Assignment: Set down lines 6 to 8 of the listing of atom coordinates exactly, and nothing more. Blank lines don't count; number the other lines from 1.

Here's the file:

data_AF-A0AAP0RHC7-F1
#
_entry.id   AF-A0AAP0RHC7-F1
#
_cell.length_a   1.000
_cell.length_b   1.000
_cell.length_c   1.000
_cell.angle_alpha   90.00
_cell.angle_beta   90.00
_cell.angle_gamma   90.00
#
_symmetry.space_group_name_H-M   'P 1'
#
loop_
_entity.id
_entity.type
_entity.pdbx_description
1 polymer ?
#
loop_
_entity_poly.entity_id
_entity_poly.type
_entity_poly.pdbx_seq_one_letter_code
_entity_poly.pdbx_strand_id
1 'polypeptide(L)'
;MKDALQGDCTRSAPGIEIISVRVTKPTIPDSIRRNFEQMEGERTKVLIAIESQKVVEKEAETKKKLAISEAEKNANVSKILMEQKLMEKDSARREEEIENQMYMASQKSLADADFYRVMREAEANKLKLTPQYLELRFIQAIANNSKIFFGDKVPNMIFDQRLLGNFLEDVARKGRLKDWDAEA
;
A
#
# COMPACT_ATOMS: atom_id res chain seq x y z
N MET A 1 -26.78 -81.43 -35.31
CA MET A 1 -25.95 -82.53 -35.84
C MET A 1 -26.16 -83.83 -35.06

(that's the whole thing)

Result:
_cell.length_b   1.000
_cell.length_c   1.000
_cell.angle_alpha   90.00